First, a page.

Introduction

Jacques S. Gansler

University of Maryland


Dr. Gansler began by providing an overview of both the National Academies’ SBIR evaluation study and the goals of the conference. He noted that while the Department of Defense accounted for fully half of SBIR funding, both the study and the conference were intended to examine all five major agencies with significant SBIR programs.3

Purpose of the SBIR Review

In summarizing the purpose of the National Academies’ review, he pointed out that while the SBIR program itself was over 20 years old and had recently disbursed nearly $2 billion a year in small business funding, most reviews of the program had been largely anecdotal or internal.4 Only recently had the first external study been done of the NIH program, which he called a “very positive step forward.” He said during his time as Under Secretary of Defense, he had initiated the first comprehensive assessment of the DoD SBIR program, with the primarily purpose of evaluating the DoD Fast Track Initiative.5

3

In 2005, DoD accounted for 50.9 percent of total SBIR dollars. Source: U.S. Small Business Administration Tech Net Data Base.

4

In 2005, the total SBIR budget was $1,851 million. Source: U.S. Small Business Administration Tech Net Data Base.

5

National Research Council, The Small Business Innovation Research Program: An Assessment of the Department of Defense Fast Track Initiative, Charles W. Wessner, ed., Washington, D.C.: National Academy Press, 2000.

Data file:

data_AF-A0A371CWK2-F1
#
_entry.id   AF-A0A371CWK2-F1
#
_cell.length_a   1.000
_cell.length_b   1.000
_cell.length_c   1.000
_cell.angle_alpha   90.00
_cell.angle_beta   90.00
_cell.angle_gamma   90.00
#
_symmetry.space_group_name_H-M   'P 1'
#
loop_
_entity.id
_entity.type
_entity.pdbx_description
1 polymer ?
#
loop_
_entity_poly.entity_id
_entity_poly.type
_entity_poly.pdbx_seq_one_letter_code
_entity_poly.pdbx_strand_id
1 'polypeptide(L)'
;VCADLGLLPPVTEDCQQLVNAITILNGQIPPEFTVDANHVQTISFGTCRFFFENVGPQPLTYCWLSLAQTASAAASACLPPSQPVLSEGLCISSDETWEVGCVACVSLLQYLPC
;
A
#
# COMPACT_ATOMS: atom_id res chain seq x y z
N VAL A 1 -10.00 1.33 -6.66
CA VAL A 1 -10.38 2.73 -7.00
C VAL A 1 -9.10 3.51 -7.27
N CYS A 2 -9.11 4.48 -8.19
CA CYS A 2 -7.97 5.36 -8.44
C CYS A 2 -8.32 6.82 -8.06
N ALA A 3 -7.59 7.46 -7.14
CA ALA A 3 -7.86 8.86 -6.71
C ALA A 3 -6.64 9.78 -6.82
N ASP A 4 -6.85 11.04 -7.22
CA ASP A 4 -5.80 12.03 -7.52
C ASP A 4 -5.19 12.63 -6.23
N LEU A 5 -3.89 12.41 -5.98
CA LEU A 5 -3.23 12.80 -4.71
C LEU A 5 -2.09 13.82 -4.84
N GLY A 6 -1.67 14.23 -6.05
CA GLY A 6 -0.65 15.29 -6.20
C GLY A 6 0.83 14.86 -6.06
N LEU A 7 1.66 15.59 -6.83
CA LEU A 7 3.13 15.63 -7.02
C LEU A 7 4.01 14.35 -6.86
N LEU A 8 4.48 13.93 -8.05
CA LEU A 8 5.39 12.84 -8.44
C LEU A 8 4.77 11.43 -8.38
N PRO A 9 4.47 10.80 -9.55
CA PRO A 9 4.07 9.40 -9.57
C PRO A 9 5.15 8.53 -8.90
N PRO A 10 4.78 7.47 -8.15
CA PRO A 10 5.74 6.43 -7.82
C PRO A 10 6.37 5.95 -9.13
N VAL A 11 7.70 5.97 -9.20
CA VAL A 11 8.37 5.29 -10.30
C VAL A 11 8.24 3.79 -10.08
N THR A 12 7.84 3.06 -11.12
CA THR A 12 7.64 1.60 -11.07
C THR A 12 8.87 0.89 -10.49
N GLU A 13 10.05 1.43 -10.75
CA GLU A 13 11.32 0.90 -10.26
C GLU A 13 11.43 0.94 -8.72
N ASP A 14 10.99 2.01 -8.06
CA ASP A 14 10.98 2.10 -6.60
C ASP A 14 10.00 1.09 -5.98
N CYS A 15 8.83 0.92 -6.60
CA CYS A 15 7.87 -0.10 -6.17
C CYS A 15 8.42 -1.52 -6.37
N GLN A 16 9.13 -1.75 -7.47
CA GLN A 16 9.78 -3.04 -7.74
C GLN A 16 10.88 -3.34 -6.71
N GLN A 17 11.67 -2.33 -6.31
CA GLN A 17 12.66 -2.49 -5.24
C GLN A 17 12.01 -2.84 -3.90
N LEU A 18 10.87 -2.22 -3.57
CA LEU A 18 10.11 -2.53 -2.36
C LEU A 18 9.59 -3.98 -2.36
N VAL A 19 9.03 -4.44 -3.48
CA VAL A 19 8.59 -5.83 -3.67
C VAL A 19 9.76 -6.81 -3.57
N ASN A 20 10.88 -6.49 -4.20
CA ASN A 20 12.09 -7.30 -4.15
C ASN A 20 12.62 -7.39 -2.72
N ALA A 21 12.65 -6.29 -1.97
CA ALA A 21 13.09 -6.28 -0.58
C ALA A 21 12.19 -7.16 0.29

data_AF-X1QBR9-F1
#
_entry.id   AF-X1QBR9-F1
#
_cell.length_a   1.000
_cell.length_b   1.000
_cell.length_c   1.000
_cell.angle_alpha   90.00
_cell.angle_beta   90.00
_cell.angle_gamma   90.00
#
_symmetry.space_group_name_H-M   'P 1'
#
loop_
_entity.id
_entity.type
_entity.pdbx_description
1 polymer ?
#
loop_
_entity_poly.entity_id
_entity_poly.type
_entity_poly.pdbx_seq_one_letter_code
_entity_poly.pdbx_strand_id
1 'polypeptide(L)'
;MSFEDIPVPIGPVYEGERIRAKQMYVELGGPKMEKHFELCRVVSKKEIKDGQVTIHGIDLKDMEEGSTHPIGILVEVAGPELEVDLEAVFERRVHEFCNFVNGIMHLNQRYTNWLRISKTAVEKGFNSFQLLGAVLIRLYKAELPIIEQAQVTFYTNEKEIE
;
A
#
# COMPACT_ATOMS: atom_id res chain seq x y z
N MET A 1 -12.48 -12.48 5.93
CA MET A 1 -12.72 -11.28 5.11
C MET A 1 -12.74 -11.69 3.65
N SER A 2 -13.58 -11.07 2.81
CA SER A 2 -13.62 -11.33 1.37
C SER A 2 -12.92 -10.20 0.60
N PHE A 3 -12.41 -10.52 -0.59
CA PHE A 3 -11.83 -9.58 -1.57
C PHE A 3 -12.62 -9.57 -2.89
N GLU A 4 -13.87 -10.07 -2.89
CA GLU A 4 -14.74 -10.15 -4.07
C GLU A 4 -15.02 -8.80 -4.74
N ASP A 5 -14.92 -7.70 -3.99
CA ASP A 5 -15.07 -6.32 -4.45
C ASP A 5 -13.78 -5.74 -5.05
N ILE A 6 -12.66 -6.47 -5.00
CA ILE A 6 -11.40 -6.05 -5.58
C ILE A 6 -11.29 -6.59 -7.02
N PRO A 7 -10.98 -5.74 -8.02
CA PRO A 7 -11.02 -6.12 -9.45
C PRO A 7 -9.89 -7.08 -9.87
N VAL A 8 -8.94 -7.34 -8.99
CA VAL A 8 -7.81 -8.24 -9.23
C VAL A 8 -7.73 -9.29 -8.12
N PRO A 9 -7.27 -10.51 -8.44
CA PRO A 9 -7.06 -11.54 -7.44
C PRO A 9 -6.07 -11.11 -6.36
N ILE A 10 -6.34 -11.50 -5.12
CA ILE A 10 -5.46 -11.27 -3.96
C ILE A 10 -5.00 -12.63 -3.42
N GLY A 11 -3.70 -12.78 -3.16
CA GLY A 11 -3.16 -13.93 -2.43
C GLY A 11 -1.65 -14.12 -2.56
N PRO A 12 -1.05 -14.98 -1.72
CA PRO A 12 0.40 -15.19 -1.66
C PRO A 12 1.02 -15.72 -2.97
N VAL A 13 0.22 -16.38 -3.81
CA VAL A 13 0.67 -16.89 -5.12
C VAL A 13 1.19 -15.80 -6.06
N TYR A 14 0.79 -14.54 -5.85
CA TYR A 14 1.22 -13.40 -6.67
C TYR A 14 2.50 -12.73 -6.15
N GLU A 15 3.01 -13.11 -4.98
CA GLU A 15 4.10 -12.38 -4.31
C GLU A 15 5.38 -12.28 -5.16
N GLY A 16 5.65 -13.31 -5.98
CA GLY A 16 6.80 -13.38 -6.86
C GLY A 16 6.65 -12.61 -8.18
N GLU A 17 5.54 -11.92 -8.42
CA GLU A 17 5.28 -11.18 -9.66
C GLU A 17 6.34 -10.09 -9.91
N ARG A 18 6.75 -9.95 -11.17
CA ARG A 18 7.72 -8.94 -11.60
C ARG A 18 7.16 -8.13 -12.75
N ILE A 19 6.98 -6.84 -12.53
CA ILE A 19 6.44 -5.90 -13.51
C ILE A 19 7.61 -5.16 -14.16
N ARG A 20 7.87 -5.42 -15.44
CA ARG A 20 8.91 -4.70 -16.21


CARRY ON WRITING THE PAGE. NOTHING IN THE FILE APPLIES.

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SBIR and the Phase III Challenge of Commercialization: Report of a Symposium Introduction Jacques S. Gansler University of Maryland Dr. Gansler began by providing an overview of both the National Academies’ SBIR evaluation study and the goals of the conference. He noted that while the Department of Defense accounted for fully half of SBIR funding, both the study and the conference were intended to examine all five major agencies with significant SBIR programs.3 Purpose of the SBIR Review In summarizing the purpose of the National Academies’ review, he pointed out that while the SBIR program itself was over 20 years old and had recently disbursed nearly $2 billion a year in small business funding, most reviews of the program had been largely anecdotal or internal.4 Only recently had the first external study been done of the NIH program, which he called a “very positive step forward.” He said during his time as Under Secretary of Defense, he had initiated the first comprehensive assessment of the DoD SBIR program, with the primarily purpose of evaluating the DoD Fast Track Initiative.5 3 In 2005, DoD accounted for 50.9 percent of total SBIR dollars. Source: U.S. Small Business Administration Tech Net Data Base. 4 In 2005, the total SBIR budget was $1,851 million. Source: U.S. Small Business Administration Tech Net Data Base. 5 National Research Council, The Small Business Innovation Research Program: An Assessment of the Department of Defense Fast Track Initiative, Charles W. Wessner, ed., Washington, D.C.: National Academy Press, 2000.